ONE OF THE most enduring views of CES happens to be one of the first things anyone sees there. You squeeze through the crowds of businessmen, hangers-on, and professional conference-goers, and push through the doors of the Las Vegas Convention Center. You walk down the hallway that’s somehow already filthy, even though the show started just 16 seconds ago, and you look to your right. You can’t help it: It’s impossible to not notice LG’s preposterous array of 112 TVs that covers the walls and ceiling just outside its hangar-sized booth. Each high-def set moves and changes and glows bright enough to send your retinas running out the back of your head. There’s no particular point to the setup, except LG wants to blow your freaking mind with technology. Every year, every resolution bump and color-spectrum upgrade, it does just that.The 2017 Consumer Electronics Show begins on January 5th. It’s a four-day gadget gala, the time every year that companies the world over descend on Las Vegas to show each other and the world the stuff they’re making this year. Last year, more than 177,000 people wandered 2.47 million square feet of exhibit space—and that number doesn’t include the hotel suites, craps tables, and strip clubs.
The most important thing you have to understand about CES is that it’s not really about the gadgets. Much, if not most, of the things on display in Vegas will either never be on sale at all, or never be available where you live. Some things will never be heard of again once the show ends—it’s like it’s all loaded into shipping containers and dumped into the sea somewhere, and there’s a giant Island of Misfit Gadgets somewhere in the Pacific. Best-case scenario, things debuted at CES show up in stores in August. You can use the show to start making tentative lists for the 2017 holidays, but make sure you write in pencil.
What really happens in Vegas is that, if you stand back just far enough and squint your eyes a little, you can get a sense of what’s on the mind of the tech industry. In 2011, after the iPad came out, CES was filthy with tablets, as everyone else looked at how and whether a glass pane could be the future of computing. The year after, in a panic over the crashing PC market, everyone yelled Ultrabooks! in unison and showed off the thinnest laptop they could conjure. In 2016, it was clear that everyone was leaping on the nostalgia train. Almost none of the products we saw any of those years mattered by itself, but together they set the tone for the year to come.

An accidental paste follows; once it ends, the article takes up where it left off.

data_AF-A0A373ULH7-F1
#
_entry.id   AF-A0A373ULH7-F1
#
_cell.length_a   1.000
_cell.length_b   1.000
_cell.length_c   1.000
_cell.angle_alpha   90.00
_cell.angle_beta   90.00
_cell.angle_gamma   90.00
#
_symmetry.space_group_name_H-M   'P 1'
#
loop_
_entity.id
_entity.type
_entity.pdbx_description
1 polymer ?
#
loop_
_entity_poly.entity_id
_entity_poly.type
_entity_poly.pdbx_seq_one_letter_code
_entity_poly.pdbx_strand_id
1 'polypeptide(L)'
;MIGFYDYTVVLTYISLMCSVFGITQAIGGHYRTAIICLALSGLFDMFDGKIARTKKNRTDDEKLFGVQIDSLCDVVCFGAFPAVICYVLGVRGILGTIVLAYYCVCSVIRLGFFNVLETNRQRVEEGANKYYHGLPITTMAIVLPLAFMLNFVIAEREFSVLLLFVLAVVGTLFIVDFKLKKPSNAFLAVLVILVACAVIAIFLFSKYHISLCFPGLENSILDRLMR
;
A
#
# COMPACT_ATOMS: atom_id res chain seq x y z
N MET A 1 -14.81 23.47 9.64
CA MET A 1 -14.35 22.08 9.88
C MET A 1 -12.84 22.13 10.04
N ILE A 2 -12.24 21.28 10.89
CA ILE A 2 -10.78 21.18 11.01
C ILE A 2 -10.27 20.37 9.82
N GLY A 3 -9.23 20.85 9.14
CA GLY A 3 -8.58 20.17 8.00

What to Watch For
This year, don’t get hung up on any particular drone, but instead notice the sheer breadth of the offerings: the shapes and colors, the drone races and drone rodeos, the drones that carry cameras and the drones that carry people. Everyone in tech knows drones are going to be…something. Nobody knows exactly what yet, so they’re trotting out their newest idea to see what you think. All the pieces are there, but nobody’s yet put them all together the right way. Likewise, there’s no point in getting your hopes up for a single piece of VR kit, because you’ll probably never see any of it again. But notice how many companies are starting to explore inside-out tracking, haptic feedback, or augmented reality.
Artificial intelligence is almost certainly going to be the story of the year at CES. Smart speakers that look suspiciously like the Amazon Echo; in-home gadgets that can automatically organize your life or build a playlist to your liking; approximately 643 billion different ways to interact with bots. It’ll make abundantly clear that AI is definitely the future, but that nobody knows why or how yet. In the smart home, too, everyone smells the opportunity but can’t find the way to grab it. Do people want smart doorbells? Lights? Toasters? Waffle irons? Cars? Washing machines? Sex toys? You could make a case for any of them, but the market so far seems to favor none. So these companies keep pushing.
When it comes to mature tech, like televisions, there’s quite a bit less experimentation. This year’s CES will have the biggest, brightest, HDR-iest TVs the world has ever seen, breaking last year’s record in the category. Which broke the record from the year before. In TVs, smartphones, and a few other categories, most companies have coalesced on how things should look and feel. But if you look away from center-stage and dig around in the corners, you’ll still find new ideas and designs. The CES convention center is less like a Best Buy and more like a teeming electronics market in Shenzhen, with every imaginable part and idea and Frankenphone—all you have to do is see the connections, put the pieces together.
What fills the halls of the LVCC aren’t the next big things, the solutions to problems we have and problems we don’t. They’re not answers, but questions. Companies all over the world come to Vegas to focus group. They gussy up the booth, blast techno music, and hold out their new creation. And they ask you, us, and everyone else the same question: Is this the one?